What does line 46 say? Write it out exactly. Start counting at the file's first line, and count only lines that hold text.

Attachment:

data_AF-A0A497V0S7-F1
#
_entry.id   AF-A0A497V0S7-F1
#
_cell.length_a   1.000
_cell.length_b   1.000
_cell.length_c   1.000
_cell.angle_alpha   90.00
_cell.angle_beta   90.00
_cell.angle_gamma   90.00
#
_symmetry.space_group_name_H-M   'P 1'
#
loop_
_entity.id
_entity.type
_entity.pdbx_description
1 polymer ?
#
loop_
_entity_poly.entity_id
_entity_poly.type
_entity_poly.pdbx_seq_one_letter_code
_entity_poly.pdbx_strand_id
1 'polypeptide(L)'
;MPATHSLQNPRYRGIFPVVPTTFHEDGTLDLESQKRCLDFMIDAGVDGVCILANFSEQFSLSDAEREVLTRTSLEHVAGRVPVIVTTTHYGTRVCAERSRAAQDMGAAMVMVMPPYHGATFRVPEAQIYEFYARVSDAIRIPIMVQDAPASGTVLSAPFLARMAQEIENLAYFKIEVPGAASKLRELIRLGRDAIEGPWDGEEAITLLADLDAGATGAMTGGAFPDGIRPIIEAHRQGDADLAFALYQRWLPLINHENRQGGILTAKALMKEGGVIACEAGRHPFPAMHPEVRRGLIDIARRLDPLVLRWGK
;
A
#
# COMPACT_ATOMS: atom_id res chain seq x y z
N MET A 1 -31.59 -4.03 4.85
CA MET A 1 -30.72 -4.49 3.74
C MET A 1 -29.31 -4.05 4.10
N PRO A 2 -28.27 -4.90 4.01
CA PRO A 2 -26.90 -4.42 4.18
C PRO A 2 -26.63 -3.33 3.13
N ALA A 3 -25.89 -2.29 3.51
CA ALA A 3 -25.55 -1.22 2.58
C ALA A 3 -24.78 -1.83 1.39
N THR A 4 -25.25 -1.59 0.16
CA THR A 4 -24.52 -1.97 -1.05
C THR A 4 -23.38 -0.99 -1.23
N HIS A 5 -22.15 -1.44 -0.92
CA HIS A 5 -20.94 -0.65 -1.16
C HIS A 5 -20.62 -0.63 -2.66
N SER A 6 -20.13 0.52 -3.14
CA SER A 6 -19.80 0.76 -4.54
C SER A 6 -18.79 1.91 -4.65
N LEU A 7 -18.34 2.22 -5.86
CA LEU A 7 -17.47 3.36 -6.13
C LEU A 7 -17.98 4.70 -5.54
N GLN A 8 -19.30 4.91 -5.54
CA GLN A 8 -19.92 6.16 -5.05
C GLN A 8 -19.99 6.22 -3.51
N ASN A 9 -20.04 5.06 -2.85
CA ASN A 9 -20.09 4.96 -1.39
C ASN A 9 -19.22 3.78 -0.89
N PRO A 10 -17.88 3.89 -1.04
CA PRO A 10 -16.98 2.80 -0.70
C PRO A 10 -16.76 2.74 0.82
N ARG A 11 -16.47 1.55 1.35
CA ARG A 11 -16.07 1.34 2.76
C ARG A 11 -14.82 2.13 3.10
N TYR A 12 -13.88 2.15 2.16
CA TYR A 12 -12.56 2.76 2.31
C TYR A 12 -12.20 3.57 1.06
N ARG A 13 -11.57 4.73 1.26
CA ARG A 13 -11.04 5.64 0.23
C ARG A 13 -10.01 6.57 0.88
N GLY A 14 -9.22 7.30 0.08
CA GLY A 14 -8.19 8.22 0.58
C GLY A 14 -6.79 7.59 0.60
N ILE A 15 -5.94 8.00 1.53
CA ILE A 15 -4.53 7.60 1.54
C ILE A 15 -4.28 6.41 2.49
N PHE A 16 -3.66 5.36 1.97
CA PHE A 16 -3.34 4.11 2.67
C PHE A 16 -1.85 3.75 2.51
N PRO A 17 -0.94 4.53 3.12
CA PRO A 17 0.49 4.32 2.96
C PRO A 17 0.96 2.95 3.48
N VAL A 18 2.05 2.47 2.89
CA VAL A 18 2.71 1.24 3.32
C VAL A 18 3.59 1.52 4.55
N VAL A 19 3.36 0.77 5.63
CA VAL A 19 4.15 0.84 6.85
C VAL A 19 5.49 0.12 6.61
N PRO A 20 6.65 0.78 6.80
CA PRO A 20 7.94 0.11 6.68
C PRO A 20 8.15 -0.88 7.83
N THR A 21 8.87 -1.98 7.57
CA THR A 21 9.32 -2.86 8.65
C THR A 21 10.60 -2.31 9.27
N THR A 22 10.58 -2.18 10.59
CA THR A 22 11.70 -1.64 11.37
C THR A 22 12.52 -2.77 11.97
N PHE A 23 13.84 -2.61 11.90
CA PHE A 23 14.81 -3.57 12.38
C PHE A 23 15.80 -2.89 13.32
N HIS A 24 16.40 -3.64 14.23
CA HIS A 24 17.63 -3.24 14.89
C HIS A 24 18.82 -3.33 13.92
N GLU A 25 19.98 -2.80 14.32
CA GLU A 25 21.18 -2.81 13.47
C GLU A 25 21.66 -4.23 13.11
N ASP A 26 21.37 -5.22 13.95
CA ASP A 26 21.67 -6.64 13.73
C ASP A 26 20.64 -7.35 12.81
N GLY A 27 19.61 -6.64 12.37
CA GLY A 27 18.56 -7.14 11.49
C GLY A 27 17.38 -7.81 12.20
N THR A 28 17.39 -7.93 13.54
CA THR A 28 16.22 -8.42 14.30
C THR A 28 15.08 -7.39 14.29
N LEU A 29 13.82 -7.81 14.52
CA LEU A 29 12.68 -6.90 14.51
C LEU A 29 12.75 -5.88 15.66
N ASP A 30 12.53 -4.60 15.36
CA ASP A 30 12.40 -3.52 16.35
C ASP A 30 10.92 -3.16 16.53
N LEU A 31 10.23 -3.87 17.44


N SER A 6 -20.13 0.52 -3.14